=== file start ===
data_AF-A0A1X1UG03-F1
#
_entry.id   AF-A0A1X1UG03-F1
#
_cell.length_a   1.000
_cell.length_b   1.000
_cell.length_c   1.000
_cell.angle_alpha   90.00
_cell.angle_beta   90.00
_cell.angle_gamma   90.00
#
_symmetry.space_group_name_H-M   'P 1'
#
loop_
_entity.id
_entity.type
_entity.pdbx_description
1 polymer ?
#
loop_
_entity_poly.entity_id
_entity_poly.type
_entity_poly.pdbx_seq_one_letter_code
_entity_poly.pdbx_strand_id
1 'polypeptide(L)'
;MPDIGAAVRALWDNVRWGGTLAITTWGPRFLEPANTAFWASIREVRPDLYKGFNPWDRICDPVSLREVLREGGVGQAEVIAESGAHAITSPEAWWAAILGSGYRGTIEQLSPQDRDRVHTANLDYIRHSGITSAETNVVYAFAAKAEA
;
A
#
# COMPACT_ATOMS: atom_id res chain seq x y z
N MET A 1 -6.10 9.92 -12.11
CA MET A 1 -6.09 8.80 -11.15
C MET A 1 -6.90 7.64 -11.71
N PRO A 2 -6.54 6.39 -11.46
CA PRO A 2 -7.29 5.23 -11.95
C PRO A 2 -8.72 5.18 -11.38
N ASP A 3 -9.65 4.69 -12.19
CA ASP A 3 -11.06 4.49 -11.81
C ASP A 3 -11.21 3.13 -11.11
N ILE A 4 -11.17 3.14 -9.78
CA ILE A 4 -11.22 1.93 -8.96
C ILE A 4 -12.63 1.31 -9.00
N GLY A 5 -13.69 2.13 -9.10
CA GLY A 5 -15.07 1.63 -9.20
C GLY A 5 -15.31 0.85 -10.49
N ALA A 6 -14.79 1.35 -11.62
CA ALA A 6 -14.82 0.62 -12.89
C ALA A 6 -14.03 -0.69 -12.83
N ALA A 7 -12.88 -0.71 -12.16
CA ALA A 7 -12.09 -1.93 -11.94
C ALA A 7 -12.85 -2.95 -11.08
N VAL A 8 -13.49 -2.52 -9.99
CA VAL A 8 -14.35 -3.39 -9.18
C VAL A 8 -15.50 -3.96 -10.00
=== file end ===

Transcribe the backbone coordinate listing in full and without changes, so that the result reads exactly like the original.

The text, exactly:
data_AF-A0A1X1UG03-F1
#
_entry.id   AF-A0A1X1UG03-F1
#
_cell.length_a   1.000
_cell.length_b   1.000
_cell.length_c   1.000
_cell.angle_alpha   90.00
_cell.angle_beta   90.00
_cell.angle_gamma   90.00
#
_symmetry.space_group_name_H-M   'P 1'
#
loop_
_entity.id
_entity.type
_entity.pdbx_description
1 polymer ?
#
loop_
_entity_poly.entity_id
_entity_poly.type
_entity_poly.pdbx_seq_one_letter_code
_entity_poly.pdbx_strand_id
1 'polypeptide(L)'
;MPDIGAAVRALWDNVRWGGTLAITTWGPRFLEPANTAFWASIREVRPDLYKGFNPWDRICDPVSLREVLREGGVGQAEVIAESGAHAITSPEAWWAAILGSGYRGTIEQLSPQDRDRVHTANLDYIRHSGITSAETNVVYAFAAKAEA
;
A
#
# COMPACT_ATOMS: atom_id res chain seq x y z
N MET A 1 -6.10 9.92 -12.11
CA MET A 1 -6.09 8.80 -11.15
C MET A 1 -6.90 7.64 -11.71
N PRO A 2 -6.54 6.39 -11.46
CA PRO A 2 -7.29 5.23 -11.95
C PRO A 2 -8.72 5.18 -11.38
N ASP A 3 -9.65 4.69 -12.19
CA ASP A 3 -11.06 4.49 -11.81
C ASP A 3 -11.21 3.13 -11.11
N ILE A 4 -11.17 3.14 -9.78
CA ILE A 4 -11.22 1.93 -8.96
C ILE A 4 -12.63 1.31 -9.00
N GLY A 5 -13.69 2.13 -9.10
CA GLY A 5 -15.07 1.63 -9.20
C GLY A 5 -15.31 0.85 -10.49
N ALA A 6 -14.79 1.35 -11.62
CA ALA A 6 -14.82 0.62 -12.89
C ALA A 6 -14.03 -0.69 -12.83
N ALA A 7 -12.88 -0.71 -12.16
CA ALA A 7 -12.09 -1.93 -11.94
C ALA A 7 -12.85 -2.95 -11.08
N VAL A 8 -13.49 -2.52 -9.99
CA VAL A 8 -14.35 -3.39 -9.18
C VAL A 8 -15.50 -3.96 -10.00